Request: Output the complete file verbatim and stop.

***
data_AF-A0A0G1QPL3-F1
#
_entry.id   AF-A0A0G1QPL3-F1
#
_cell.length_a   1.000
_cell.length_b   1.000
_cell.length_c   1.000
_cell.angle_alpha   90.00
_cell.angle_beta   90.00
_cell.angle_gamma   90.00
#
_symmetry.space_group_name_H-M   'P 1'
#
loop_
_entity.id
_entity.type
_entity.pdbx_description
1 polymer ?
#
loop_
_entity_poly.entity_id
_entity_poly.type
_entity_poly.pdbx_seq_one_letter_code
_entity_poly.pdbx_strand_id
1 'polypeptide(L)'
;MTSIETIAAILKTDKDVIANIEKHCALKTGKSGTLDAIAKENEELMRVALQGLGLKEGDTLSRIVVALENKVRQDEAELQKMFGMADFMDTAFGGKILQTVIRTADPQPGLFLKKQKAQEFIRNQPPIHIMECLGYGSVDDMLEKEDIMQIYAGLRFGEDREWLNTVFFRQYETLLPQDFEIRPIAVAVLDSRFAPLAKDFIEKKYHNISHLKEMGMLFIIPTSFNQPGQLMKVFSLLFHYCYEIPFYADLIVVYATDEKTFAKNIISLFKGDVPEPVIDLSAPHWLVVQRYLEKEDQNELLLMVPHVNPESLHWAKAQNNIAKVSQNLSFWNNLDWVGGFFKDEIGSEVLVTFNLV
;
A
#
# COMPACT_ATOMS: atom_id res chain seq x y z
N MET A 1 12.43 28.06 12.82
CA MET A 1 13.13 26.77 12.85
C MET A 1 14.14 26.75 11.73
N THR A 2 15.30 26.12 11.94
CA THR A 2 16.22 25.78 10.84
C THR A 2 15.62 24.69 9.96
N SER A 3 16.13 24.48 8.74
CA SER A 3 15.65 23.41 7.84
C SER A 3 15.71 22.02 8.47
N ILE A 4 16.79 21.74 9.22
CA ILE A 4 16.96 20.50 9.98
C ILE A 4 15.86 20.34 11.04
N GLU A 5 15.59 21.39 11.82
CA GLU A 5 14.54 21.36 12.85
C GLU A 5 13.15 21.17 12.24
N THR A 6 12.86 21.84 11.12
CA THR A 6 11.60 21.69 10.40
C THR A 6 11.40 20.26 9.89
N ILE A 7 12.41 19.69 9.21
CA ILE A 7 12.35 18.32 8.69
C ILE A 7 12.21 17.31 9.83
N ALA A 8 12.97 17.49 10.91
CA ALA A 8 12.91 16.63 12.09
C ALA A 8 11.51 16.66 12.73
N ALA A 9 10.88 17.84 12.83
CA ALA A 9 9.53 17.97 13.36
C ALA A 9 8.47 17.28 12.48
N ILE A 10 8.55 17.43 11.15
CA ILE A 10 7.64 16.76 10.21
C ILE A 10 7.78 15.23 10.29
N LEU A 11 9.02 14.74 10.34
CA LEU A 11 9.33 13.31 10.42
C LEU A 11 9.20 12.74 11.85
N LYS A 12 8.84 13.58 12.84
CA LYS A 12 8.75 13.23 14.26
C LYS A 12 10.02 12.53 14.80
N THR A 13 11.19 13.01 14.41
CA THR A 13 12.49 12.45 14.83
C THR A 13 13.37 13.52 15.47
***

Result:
data_AF-A0A0G1QPL3-F1
#
_entry.id   AF-A0A0G1QPL3-F1
#
_cell.length_a   1.000
_cell.length_b   1.000
_cell.length_c   1.000
_cell.angle_alpha   90.00
_cell.angle_beta   90.00
_cell.angle_gamma   90.00
#
_symmetry.space_group_name_H-M   'P 1'
#
loop_
_entity.id
_entity.type
_entity.pdbx_description
1 polymer ?
#
loop_
_entity_poly.entity_id
_entity_poly.type
_entity_poly.pdbx_seq_one_letter_code
_entity_poly.pdbx_strand_id
1 'polypeptide(L)'
;MTSIETIAAILKTDKDVIANIEKHCALKTGKSGTLDAIAKENEELMRVALQGLGLKEGDTLSRIVVALENKVRQDEAELQKMFGMADFMDTAFGGKILQTVIRTADPQPGLFLKKQKAQEFIRNQPPIHIMECLGYGSVDDMLEKEDIMQIYAGLRFGEDREWLNTVFFRQYETLLPQDFEIRPIAVAVLDSRFAPLAKDFIEKKYHNISHLKEMGMLFIIPTSFNQPGQLMKVFSLLFHYCYEIPFYADLIVVYATDEKTFAKNIISLFKGDVPEPVIDLSAPHWLVVQRYLEKEDQNELLLMVPHVNPESLHWAKAQNNIAKVSQNLSFWNNLDWVGGFFKDEIGSEVLVTFNLV
;
A
#
# COMPACT_ATOMS: atom_id res chain seq x y z
N MET A 1 12.43 28.06 12.82
CA MET A 1 13.13 26.77 12.85
C MET A 1 14.14 26.75 11.73
N THR A 2 15.30 26.12 11.94
CA THR A 2 16.22 25.78 10.84
C THR A 2 15.62 24.69 9.96
N SER A 3 16.13 24.48 8.74
CA SER A 3 15.65 23.41 7.84
C SER A 3 15.71 22.02 8.47
N ILE A 4 16.79 21.74 9.22
CA ILE A 4 16.96 20.50 9.98
C ILE A 4 15.86 20.34 11.04
N GLU A 5 15.59 21.39 11.82
CA GLU A 5 14.54 21.36 12.85
C GLU A 5 13.15 21.17 12.24
N THR A 6 12.86 21.84 11.12
CA THR A 6 11.60 21.69 10.40
C THR A 6 11.40 20.26 9.89
N ILE A 7 12.41 19.69 9.21
CA ILE A 7 12.35 18.32 8.69
C ILE A 7 12.21 17.31 9.83
N ALA A 8 12.97 17.49 10.91
CA ALA A 8 12.91 16.63 12.09
C ALA A 8 11.51 16.66 12.73
N ALA A 9 10.88 17.84 12.83
CA ALA A 9 9.53 17.97 13.36
C ALA A 9 8.47 17.28 12.48
N ILE A 10 8.55 17.43 11.15
CA ILE A 10 7.64 16.76 10.21
C ILE A 10 7.78 15.23 10.29
N LEU A 11 9.02 14.74 10.34
CA LEU A 11 9.33 13.31 10.42
C LEU A 11 9.20 12.74 11.85
N LYS A 12 8.84 13.58 12.84
CA LYS A 12 8.75 13.23 14.26
C LYS A 12 10.02 12.53 14.80
N THR A 13 11.19 13.01 14.41
CA THR A 13 12.49 12.45 14.83
C THR A 13 13.37 13.52 15.47